5 Rookie Mistakes to Avoid When Grilling Over Charcoal
Keep these in mind the next time you host a barbecue or cookout.
While there may still be some argument about it, most people in the know agree that food grilled over charcoal tastes better than food grilled over gas. Yes, gas grilling is quicker and more convenient, but when it's the weekend and you have all the time you need, charcoal is truly the way to go. For those of us who grew up gas grilling, though, grilling over charcoal can take some getting used to and a little trial and error. Here are five common rookie mistakes that we all make when grilling over charcoal and how to best avoid them.
DON'T: Forget to use a chimney starter to light the coals.
The single most important part of charcoal grilling is the charcoal itself and the lengthiest part of the charcoal grilling process is readying the coals. You will be tempted to use lighter fluid, but just keep in mind that any lighter fluid you use will end up flavoring your food, which none of us want. Instead, use a chimney starter to the light coals. It's simple, just pack the bottom of the starter with newspaper and then fill the rest with charcoal. Then light the bottom and let science do the rest. Depending on how much charcoal you're lighting, make sure to set 15-20 minutes aside to let your charcoal properly heat up before pouring it into the base of your grill.
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DON'T: Pour the coals into your grill before they’re ready.
Repeat after me: "I will wait until my coals are fully gray before pouring them out of the chimney and into my grill base." This is very important and while we know you and your guests are probably hungry, a bit of patience here will really pay off in the end. The problem here is that if you don't wait and you add the charcoal to the grill while some of it is still black, you'll have way more difficulty controlling the temperature. The black charcoal will continue heating and suddenly the way you've distributed your charcoal in the grill will no longer match the temperatures. Seriously, let your chimney do its thing and let those coals get nice and gray before you do anything crazy.
DON'T: Heat both sides of your grill to the same temperature.
With gas grills, you have the option to customize the temperature on each side with the simple twist of a dial. The way you do this with charcoal, though, is by distributing at least 75 percent of the coals to one side, creating two different temperature zones. This allows you to cook different foods at different speeds and gives you more options for letting your food rest over little to no heat while you get everything else set up prior to eating.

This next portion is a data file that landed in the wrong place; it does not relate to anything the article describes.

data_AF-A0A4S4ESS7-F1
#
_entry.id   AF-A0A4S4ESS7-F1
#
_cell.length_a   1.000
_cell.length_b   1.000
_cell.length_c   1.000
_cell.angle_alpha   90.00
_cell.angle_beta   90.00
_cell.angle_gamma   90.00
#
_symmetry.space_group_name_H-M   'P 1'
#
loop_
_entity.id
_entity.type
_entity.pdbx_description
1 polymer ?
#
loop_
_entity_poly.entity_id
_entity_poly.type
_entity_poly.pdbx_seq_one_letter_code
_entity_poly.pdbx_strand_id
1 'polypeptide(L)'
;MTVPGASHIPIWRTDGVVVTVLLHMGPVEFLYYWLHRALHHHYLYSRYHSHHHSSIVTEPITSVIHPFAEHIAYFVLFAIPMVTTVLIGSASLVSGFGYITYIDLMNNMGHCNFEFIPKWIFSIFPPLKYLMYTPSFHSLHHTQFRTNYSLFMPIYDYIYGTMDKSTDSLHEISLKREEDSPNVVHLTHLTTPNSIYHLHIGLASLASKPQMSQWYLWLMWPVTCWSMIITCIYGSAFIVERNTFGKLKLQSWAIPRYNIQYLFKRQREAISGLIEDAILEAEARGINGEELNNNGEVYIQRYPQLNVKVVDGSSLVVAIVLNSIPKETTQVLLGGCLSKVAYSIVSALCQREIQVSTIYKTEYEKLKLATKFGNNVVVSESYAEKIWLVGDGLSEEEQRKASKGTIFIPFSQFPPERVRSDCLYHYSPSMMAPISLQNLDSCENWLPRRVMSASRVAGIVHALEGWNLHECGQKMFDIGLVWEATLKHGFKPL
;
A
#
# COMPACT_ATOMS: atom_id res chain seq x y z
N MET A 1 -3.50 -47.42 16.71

DON'T: Forget to preheat the grill before you start cooking.
Just like your oven, you should preheat your grill before throwing any food onto the grates (also, make sure those racks are clean before you place anything on them). Once your coals are distributed in your grill, throw the lid on and let it sit for five to 10 minutes before placing any food over the coals, you want to hear a light sizzle when the protein, fruit or vegetables hit the grates.
DON'T: Forget about the vents.
Gas grills give you a huge amount of control and while it might seem like charcoal grilling leaves a lot more to chance, you can actually manipulate the grill's temperature by simply using the top and bottom grill vents. Located on the lid itself and on the very bottom of the base, the vents control the airflow through the grill, and the wider open they are, the hotter it's going to get. If you find yourself short on time as your friends and family become ravenous onlookers, crank up the heat by opening up the vents. Just make sure to keep an eye on the food so it doesn't burn. While people will complain when they're hungry, they'll complain even more when the food they are served is inedible.